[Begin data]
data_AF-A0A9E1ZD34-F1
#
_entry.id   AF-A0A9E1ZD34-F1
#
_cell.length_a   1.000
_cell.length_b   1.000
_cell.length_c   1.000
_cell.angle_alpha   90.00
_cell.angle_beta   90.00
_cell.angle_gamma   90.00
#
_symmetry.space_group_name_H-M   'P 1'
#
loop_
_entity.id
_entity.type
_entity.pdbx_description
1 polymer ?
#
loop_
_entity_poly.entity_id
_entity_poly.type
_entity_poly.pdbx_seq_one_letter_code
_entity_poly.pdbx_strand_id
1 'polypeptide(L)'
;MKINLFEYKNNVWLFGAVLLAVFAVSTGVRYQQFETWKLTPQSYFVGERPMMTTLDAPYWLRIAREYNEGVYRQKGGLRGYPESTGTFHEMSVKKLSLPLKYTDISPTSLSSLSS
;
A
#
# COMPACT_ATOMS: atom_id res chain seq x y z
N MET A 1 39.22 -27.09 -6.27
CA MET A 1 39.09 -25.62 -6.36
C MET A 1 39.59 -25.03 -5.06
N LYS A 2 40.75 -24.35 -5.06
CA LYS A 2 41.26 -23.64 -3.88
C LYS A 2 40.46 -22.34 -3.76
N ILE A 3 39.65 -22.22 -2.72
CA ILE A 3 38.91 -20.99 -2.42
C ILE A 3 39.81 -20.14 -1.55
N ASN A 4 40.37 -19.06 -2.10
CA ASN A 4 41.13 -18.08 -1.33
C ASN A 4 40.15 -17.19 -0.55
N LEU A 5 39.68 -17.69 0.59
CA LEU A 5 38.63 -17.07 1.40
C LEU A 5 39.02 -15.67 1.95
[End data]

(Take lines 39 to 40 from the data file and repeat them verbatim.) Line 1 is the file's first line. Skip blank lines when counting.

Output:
C ILE A 3 39.81 -20.14 -1.55
N ASN A 4 40.37 -19.06 -2.10